Unlike in other circumstances where there are grounds for early elections there is no political division or loss of confidence that has prevented the formation and functioning of government.

The government in Ukraine maintains the support of a majority of the elected representatives as was demonstrated by the fact that 260 out of 450 members parliament attended the recent parliamentary session.

The only cause of disputation is an ongoing power struggle between the office of the president and the parliament. The situation has been made worst by the president’s illegal interference in the operation of Ukraine’s Constitutional Court which has prevented the Court from ruling on the legality of the president’s actions.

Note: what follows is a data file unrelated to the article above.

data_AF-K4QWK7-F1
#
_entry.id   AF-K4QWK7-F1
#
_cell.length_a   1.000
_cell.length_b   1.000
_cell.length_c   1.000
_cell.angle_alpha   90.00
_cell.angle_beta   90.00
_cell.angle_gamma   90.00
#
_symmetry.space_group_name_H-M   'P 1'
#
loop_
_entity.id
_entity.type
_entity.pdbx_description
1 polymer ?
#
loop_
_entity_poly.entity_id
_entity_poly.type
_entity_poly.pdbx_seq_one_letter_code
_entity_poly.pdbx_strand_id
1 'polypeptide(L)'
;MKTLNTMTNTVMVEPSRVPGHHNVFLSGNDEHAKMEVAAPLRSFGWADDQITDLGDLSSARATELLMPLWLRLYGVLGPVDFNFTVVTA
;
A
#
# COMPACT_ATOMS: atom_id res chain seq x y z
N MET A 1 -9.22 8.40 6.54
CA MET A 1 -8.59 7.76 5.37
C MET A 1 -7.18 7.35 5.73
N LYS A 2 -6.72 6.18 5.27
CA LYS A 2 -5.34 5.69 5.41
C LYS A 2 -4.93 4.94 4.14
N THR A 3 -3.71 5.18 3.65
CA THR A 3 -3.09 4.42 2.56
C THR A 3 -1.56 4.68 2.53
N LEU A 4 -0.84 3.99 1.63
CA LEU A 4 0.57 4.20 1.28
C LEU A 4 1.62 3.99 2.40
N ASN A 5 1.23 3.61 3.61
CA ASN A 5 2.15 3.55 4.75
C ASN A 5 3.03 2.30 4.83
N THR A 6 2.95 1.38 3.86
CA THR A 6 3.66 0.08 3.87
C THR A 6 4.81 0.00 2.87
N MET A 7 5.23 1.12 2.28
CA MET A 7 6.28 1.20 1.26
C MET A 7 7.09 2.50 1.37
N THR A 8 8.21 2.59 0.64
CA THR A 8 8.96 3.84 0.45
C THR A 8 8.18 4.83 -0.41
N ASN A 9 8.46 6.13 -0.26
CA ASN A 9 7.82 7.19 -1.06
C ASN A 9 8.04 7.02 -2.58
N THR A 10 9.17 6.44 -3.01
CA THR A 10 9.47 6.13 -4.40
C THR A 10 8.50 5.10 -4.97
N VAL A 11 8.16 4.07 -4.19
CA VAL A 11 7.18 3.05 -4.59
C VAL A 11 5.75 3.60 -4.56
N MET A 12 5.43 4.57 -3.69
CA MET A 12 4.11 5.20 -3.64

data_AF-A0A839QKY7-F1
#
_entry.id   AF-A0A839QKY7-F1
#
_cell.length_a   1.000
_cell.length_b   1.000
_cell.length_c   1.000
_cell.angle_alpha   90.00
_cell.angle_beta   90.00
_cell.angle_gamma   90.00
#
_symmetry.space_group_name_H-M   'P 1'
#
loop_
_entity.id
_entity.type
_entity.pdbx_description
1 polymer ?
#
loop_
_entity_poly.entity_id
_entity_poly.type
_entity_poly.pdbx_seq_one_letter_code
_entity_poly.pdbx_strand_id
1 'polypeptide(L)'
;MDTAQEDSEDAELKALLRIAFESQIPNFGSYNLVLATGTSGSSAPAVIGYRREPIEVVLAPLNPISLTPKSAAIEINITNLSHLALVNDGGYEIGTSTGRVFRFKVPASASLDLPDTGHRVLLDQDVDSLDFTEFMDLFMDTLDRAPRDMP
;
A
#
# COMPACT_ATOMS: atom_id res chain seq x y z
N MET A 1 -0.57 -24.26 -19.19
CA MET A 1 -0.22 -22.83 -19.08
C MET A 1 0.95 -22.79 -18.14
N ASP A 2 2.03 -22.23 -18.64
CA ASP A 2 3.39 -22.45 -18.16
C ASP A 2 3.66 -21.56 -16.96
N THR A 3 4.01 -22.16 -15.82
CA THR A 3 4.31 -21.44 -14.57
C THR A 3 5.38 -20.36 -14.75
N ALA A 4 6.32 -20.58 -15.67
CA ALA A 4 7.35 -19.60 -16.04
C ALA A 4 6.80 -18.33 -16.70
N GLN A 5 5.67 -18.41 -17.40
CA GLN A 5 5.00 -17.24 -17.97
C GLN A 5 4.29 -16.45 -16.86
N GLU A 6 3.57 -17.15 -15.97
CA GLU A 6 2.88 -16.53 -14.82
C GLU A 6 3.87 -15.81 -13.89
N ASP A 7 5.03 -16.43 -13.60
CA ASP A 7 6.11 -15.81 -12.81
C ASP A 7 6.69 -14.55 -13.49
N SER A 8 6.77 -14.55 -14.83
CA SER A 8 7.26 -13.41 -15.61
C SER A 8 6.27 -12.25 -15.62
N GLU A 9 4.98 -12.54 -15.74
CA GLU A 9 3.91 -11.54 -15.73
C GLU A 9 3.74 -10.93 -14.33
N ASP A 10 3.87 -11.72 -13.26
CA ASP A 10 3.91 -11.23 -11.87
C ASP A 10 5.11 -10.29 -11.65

The president’s decrees and actions are in direct breach of Article 5 of Ukraine’s Constitution in that the president has sought to usurp power where he has no authority.

The European Council also must share blame for the loss of confidence and exacerbation of political division in Ukraine.

Whilst the Parliamentary Assembly of the Council of Europe back in April 19 this year rightly called on Ukraine to resolve its divisions internally it failed to ensure that actions of the president and the resolution put in place was legal and in compliance with Ukraine’s constitution.

PACE has by its silence, effectively endorsed by a lawless state and allowed the current situation where Ukraine is now facing a serious breakdown in the constitutional order and a potential state of political anarchy . If this occurs then it is the executive leadership of PACE that must be held share responsibility and be held accountable for their actions.


5 Responses to Ukraine’s Indecisive, Divisive, Illegal and Unconstitutional Election A recipe for disaster

  1. AAD says: